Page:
PracticeConsultingFears for future of small businesses revealed by English ICA survey

Fears for future of small businesses revealed by English ICA survey

Accountants fear the economic health of Britain's small businesses may be diverging from that of the economy as a whole, according to a survey of members by the English ICA.

A survey has revealed that 66% of respondents believed it would be harder for small and medium sized enterprises to survive in 2000 than 1999, despite a expectation of overall economic improvement.

Reasons for this concern included fears over tax rises, interest rate rises, the strong pound, excessive regulation, skills shortage and employment costs.

56% believed that the tax burden on small businesses would increase;

85% thought interest rates would be higher by the end of the year;

52% saw Sterling strengthening against the Euro;

Over 90% felt new legislation and regulation would be a negative influence on business profitability;

81% considered that skills shortages, and 83% considered that employment costs would have a negative impact on business.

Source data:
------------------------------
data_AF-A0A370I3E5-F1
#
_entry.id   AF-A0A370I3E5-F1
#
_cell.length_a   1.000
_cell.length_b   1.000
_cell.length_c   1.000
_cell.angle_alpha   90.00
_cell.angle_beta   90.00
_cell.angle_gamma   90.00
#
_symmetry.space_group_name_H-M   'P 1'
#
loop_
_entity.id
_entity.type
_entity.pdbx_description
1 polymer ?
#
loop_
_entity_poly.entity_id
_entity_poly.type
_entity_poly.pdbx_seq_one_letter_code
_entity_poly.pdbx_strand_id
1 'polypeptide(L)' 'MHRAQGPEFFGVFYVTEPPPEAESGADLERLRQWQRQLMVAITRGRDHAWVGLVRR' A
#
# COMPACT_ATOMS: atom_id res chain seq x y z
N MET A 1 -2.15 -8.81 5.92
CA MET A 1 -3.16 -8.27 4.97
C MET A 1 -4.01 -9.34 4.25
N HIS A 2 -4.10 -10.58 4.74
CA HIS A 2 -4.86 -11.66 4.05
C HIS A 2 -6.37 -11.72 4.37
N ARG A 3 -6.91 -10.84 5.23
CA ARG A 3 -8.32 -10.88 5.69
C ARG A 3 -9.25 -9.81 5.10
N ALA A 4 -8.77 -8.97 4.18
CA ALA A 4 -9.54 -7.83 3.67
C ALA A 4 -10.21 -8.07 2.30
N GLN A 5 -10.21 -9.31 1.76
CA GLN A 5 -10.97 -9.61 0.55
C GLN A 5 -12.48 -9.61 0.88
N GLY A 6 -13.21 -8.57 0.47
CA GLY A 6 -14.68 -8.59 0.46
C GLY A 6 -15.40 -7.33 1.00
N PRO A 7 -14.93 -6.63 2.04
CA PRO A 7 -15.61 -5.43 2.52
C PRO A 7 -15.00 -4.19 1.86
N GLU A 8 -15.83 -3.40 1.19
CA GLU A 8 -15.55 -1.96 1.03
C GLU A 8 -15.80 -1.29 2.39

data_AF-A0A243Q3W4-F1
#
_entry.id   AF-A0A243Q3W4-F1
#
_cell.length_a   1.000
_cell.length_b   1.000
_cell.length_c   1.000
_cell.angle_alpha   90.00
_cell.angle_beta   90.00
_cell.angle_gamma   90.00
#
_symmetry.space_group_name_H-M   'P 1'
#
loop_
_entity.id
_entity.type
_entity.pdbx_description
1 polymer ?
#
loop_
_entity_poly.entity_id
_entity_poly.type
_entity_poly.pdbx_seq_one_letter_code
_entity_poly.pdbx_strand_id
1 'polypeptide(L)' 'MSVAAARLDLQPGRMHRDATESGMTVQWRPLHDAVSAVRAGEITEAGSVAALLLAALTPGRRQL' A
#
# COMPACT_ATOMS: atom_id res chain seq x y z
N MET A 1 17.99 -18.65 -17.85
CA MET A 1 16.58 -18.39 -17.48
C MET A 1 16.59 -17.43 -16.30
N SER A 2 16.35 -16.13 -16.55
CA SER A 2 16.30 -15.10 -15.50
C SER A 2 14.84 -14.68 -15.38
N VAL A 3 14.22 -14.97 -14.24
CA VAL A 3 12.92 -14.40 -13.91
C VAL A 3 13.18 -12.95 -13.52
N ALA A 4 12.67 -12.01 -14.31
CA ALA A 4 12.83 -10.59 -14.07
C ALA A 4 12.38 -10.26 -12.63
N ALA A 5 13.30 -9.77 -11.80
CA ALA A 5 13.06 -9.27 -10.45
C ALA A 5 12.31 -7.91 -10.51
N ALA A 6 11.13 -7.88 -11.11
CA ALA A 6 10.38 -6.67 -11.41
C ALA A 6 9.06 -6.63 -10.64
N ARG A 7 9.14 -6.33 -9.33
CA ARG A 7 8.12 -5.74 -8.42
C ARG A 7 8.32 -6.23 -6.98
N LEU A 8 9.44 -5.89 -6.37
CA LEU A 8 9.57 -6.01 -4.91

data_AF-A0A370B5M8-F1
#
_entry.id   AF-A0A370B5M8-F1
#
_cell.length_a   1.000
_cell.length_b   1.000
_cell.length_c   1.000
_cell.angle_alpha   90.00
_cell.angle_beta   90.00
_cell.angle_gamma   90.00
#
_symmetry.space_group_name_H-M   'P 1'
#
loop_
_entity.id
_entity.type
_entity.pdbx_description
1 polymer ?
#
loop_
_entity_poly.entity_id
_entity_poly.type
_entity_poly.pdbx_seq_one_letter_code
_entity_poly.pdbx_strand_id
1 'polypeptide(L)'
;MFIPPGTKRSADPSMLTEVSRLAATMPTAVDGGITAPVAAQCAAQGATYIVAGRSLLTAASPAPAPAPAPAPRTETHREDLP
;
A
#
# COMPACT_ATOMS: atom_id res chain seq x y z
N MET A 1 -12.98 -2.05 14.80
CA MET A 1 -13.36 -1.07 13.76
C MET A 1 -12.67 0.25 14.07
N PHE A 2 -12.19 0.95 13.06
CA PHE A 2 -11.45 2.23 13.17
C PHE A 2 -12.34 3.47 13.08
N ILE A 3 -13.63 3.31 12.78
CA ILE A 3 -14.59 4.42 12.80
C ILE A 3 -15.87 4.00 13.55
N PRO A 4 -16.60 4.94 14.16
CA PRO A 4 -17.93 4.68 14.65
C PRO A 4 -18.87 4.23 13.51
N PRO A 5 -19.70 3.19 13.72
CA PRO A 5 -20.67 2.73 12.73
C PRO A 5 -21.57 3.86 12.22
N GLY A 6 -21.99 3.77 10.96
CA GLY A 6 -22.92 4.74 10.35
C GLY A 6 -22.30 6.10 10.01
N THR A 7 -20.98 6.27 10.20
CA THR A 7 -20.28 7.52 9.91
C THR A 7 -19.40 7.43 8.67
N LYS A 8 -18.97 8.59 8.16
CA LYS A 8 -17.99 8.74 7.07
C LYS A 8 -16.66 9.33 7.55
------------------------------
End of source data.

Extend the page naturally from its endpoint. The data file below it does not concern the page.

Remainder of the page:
Concerns were particularly strong for the retail and manufacturing sectors.

These views were in stark contrast to a majority (53%) perception that the overall condition of the economy will improve in 2000 with e-commerce, and financial services being two of the main drivers.

Commenting on the results, Robin Vaughn of the institute’s Board for Chartered Accountants in Business said: ‘Through their work at almost every level of UK Plc, Chartered Accountants can offer a unique insight into the nations economic prospects. The message we’re getting from our members is that optimism about the general state of the economy is tempered by high – and rising – concern over the burden placed on SMEs.’

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